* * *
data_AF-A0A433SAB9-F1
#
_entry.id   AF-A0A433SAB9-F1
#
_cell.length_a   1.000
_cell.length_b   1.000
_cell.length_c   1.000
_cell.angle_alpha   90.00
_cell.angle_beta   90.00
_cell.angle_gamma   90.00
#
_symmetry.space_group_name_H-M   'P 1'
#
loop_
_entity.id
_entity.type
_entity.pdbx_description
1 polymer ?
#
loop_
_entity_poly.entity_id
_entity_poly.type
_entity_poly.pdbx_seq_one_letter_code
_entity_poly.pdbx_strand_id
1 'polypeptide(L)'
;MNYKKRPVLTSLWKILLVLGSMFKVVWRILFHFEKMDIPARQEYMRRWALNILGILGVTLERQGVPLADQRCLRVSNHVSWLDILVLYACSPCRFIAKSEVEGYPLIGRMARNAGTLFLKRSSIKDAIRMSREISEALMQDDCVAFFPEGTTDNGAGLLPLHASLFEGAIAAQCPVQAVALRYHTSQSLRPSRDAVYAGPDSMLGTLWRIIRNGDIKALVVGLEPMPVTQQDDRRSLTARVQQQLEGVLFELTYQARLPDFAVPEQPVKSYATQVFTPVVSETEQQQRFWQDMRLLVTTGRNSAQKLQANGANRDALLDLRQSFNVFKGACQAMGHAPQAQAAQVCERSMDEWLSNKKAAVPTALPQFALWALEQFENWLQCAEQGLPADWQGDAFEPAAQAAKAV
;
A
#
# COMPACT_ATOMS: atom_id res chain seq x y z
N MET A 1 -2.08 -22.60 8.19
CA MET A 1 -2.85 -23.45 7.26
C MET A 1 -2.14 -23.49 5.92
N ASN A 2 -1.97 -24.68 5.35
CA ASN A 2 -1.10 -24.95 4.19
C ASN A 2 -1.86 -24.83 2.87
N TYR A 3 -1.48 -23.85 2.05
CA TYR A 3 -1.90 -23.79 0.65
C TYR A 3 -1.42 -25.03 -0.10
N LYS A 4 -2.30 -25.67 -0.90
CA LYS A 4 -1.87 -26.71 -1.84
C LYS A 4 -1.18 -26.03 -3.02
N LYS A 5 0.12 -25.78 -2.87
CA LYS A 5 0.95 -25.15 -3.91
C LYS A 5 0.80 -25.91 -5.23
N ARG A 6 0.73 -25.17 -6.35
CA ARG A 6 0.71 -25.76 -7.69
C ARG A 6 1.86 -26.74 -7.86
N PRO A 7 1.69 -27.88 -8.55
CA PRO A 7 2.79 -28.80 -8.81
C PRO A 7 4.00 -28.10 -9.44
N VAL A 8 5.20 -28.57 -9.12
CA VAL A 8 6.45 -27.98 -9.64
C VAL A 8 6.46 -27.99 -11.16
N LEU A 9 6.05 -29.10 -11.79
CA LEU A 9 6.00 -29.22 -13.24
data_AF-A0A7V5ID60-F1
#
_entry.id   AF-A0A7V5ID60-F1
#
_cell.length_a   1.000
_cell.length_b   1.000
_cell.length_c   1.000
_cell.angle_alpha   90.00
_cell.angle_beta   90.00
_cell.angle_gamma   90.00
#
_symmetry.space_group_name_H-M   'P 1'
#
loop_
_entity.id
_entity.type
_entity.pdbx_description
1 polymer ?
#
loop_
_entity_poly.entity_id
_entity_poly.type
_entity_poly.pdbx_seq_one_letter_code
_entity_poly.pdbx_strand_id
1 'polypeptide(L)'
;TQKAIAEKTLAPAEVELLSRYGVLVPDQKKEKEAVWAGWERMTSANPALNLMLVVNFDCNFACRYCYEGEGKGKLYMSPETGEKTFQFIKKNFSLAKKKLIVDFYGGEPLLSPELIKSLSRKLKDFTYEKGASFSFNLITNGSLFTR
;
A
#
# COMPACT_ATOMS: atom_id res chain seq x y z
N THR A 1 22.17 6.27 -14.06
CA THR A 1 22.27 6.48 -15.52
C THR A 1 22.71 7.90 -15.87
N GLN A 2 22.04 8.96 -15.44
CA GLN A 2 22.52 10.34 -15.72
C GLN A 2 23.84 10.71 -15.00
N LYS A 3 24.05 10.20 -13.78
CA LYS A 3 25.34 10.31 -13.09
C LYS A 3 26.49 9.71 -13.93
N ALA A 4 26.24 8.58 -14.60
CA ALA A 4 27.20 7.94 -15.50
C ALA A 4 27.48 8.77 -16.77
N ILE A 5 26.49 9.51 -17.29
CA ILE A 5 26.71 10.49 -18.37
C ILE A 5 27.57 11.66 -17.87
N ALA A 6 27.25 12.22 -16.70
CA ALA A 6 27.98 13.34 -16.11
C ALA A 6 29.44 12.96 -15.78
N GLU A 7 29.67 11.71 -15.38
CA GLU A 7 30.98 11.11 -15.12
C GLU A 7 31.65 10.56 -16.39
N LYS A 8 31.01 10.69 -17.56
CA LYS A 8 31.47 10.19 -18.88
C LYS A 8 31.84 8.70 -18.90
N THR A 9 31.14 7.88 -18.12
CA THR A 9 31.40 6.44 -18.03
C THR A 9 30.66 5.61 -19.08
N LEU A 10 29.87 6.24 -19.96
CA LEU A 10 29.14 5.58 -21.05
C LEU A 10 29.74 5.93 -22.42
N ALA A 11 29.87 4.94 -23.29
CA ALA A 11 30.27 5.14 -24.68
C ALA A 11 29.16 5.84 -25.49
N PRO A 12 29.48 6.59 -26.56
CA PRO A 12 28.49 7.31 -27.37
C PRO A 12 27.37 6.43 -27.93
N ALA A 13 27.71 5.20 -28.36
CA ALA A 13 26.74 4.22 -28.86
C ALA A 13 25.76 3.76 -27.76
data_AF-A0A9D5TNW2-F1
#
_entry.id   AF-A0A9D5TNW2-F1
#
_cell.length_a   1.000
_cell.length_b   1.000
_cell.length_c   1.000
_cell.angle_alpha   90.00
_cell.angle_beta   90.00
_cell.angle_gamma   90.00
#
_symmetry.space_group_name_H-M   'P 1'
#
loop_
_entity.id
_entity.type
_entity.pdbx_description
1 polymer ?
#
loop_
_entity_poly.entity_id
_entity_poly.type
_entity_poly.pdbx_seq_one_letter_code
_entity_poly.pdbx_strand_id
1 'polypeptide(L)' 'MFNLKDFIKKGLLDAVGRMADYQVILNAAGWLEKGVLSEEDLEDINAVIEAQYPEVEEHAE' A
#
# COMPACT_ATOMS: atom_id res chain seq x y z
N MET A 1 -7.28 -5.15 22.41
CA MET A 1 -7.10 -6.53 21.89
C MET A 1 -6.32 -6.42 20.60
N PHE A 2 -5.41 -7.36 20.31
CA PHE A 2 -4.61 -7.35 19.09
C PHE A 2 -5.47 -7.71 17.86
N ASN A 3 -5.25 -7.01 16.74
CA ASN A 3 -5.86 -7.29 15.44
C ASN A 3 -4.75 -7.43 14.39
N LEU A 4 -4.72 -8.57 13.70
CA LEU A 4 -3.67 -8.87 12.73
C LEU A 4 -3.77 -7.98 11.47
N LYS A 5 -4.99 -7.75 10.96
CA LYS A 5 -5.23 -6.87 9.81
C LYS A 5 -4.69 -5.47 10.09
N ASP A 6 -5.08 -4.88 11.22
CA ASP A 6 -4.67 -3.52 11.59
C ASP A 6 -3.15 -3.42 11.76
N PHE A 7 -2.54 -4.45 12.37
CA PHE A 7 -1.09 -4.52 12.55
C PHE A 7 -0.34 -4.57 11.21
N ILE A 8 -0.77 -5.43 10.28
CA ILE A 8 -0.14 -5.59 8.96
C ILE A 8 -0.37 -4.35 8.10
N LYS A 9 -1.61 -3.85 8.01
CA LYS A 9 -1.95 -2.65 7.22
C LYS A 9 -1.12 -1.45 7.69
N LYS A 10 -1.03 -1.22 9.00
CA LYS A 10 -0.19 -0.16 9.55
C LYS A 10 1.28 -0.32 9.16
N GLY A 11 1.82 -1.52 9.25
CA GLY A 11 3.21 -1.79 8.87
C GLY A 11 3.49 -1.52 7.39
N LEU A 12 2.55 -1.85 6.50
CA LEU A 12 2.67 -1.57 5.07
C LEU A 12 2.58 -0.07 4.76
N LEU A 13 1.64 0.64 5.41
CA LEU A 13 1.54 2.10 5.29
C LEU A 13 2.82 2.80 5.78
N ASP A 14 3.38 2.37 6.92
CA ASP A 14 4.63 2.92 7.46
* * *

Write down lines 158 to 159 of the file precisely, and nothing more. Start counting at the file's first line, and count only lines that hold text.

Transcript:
C PHE A 2 -5.47 -7.71 17.86
N ASN A 3 -5.25 -7.01 16.74